on the subject. That may be rather exaggerated as the exceptions to bank secrecy outlined above
largely affect those customers who are, or are suspected to be, involved in unlawful activity of
some kind. It is acknowledged that there are reasonable and lawful reasons for non residents to
have accounts in secrecy jurisdictions.

But it would be a greater exaggeration to claim that bank secrecy is a complete barrier to the
disclosure of confidential client information. Anyone who thinks this may care to reflect on the fate
of the Maginot line. This impressive defensive system of fortifications and other defensive
measures was built painstakingly by the French after the World War I to protect the borders with
(mainly) Germany. In May 1940 the German attack on France simply bypassed it.

The moral of course is that too great a focus on the strength of any particular defensive measures
can distract attention from the other options open to those interested in attack.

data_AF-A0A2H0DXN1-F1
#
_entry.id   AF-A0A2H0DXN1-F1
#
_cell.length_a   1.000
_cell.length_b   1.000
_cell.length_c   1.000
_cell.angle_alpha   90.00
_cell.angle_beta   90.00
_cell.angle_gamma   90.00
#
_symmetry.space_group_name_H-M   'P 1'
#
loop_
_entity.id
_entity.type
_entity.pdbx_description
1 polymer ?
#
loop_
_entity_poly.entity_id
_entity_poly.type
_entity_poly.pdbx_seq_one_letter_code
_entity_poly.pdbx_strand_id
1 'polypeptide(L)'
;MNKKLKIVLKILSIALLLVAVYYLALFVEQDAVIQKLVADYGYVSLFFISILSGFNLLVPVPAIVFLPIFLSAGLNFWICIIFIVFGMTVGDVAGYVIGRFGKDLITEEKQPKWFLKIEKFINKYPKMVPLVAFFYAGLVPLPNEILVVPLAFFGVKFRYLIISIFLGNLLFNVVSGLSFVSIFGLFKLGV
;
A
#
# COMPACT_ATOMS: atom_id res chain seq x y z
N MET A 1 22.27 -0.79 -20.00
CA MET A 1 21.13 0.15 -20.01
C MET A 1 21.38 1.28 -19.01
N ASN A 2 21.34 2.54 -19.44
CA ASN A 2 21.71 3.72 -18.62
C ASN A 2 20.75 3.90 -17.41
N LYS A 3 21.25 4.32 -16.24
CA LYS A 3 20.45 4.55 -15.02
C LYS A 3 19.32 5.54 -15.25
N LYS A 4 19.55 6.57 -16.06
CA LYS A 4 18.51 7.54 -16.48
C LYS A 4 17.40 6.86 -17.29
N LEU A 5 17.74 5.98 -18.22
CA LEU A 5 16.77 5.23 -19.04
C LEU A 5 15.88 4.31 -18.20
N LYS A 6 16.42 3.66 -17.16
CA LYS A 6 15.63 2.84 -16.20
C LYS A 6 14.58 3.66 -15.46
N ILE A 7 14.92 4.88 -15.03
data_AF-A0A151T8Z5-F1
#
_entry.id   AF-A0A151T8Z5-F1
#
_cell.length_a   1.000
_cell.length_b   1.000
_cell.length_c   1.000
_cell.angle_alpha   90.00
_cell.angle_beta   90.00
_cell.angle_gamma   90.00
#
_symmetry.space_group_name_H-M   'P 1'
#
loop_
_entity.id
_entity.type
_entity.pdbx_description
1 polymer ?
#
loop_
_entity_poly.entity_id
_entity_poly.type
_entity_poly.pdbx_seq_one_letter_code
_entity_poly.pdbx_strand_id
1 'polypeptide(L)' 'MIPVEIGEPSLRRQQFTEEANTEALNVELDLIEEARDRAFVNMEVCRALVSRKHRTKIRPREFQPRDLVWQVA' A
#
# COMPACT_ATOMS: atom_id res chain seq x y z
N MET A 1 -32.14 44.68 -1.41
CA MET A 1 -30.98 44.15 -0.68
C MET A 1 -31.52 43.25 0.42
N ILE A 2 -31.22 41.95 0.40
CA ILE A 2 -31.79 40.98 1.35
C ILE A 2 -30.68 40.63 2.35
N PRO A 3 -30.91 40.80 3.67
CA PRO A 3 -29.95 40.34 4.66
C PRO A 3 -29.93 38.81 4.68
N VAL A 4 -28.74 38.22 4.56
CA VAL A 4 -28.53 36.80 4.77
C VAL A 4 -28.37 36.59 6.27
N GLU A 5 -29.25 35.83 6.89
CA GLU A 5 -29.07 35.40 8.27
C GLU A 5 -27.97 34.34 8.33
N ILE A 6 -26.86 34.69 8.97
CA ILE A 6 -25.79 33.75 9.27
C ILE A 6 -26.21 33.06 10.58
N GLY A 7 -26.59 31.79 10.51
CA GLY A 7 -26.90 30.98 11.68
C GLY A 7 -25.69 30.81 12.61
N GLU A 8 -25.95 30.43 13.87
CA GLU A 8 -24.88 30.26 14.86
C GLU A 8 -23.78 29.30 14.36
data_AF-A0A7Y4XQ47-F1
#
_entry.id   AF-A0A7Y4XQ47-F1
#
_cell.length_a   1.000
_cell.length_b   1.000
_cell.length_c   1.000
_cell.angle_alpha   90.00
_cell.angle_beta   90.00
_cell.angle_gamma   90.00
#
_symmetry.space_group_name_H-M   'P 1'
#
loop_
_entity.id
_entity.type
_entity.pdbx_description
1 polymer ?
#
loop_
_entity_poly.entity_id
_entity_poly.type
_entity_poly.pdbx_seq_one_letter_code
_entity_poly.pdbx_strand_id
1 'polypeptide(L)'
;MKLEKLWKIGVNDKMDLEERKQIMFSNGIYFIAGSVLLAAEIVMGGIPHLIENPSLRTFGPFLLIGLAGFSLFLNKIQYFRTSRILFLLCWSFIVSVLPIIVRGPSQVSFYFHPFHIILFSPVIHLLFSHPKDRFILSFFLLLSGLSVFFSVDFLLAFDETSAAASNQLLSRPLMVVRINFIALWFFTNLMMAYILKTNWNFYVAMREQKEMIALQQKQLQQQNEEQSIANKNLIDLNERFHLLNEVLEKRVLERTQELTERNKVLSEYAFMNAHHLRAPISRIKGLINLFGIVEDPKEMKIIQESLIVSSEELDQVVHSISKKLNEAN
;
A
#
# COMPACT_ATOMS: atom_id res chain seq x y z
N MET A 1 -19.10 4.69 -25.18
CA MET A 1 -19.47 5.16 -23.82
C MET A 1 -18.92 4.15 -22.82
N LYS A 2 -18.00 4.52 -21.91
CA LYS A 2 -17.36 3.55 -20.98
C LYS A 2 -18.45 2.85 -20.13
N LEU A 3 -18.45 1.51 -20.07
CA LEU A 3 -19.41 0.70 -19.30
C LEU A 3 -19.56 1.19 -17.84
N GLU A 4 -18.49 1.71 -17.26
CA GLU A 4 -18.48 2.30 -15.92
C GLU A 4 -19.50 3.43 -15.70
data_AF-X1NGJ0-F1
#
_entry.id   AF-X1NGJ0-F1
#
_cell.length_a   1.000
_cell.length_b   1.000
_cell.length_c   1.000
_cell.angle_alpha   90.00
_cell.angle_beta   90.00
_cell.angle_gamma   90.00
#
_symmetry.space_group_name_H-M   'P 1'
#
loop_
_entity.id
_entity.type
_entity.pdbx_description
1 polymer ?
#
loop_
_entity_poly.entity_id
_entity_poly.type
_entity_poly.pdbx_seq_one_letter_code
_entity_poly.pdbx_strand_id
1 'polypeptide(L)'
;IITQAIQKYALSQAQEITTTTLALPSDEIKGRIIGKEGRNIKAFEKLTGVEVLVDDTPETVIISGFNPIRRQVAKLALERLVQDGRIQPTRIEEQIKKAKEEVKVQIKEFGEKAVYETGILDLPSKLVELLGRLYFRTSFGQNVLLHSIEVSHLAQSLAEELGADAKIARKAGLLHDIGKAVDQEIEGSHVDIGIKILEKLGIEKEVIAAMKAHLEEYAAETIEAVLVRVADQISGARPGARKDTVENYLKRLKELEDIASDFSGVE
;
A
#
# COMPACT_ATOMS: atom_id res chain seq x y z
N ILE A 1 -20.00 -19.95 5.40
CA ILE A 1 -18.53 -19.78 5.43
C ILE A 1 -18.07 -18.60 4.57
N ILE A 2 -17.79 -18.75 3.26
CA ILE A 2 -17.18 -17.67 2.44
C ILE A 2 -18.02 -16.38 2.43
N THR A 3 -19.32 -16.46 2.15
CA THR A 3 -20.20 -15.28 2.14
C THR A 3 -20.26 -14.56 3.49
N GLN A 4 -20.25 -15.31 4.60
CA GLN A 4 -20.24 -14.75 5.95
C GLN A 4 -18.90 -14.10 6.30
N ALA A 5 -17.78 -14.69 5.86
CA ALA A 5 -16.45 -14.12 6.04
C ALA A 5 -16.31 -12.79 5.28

21 (2005) 15 Revenue LJ
   Ibid page 99
On 10 04 08, the Administrative Division of the High Court of England and Wales gave its
judgment in the BAE / Al-Yamamah case. This involved a challenge to the decision to discontinue
an investigation into corruption allegations. Consideration of this fascinating and important case is
out of scope, but it is worth noting that what triggered the relevant Saudi threat was the fact that
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"…in July 2006 the SFO was about to obtain access to Swiss bank accounts…"

Given the context, this is surely as clear an example as there could be of the limitations of bank
secrecy provisions.

18 04 08

     Serious Fraud Office
     [2008] EWHC 714 (Admin) at paragraph 4.